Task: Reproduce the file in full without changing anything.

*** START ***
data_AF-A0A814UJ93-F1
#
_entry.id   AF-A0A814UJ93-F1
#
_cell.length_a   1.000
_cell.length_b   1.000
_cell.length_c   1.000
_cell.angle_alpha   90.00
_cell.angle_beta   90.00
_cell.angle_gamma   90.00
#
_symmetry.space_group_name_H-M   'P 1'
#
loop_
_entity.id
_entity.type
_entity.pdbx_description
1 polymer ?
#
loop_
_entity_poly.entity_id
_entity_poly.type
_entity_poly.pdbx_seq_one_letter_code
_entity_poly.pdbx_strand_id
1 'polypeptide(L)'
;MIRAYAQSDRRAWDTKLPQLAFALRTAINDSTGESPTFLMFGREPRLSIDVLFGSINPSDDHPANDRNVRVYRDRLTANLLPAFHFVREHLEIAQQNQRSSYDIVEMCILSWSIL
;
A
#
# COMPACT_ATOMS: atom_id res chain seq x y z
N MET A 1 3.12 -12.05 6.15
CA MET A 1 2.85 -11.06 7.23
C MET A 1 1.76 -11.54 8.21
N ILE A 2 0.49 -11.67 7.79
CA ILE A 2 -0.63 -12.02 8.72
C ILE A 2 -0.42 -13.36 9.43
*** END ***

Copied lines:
data_AF-A0A814UJ93-F1
#
_entry.id   AF-A0A814UJ93-F1
#
_cell.length_a   1.000
_cell.length_b   1.000
_cell.length_c   1.000
_cell.angle_alpha   90.00
_cell.angle_beta   90.00
_cell.angle_gamma   90.00
#
_symmetry.space_group_name_H-M   'P 1'
#
loop_
_entity.id
_entity.type
_entity.pdbx_description
1 polymer ?
#
loop_
_entity_poly.entity_id
_entity_poly.type
_entity_poly.pdbx_seq_one_letter_code
_entity_poly.pdbx_strand_id
1 'polypeptide(L)'
;MIRAYAQSDRRAWDTKLPQLAFALRTAINDSTGESPTFLMFGREPRLSIDVLFGSINPSDDHPANDRNVRVYRDRLTANLLPAFHFVREHLEIAQQNQRSSYDIVEMCILSWSIL
;
A
#
# COMPACT_ATOMS: atom_id res chain seq x y z
N MET A 1 3.12 -12.05 6.15
CA MET A 1 2.85 -11.06 7.23
C MET A 1 1.76 -11.54 8.21
N ILE A 2 0.49 -11.67 7.79
CA ILE A 2 -0.63 -12.02 8.72
C ILE A 2 -0.42 -13.36 9.43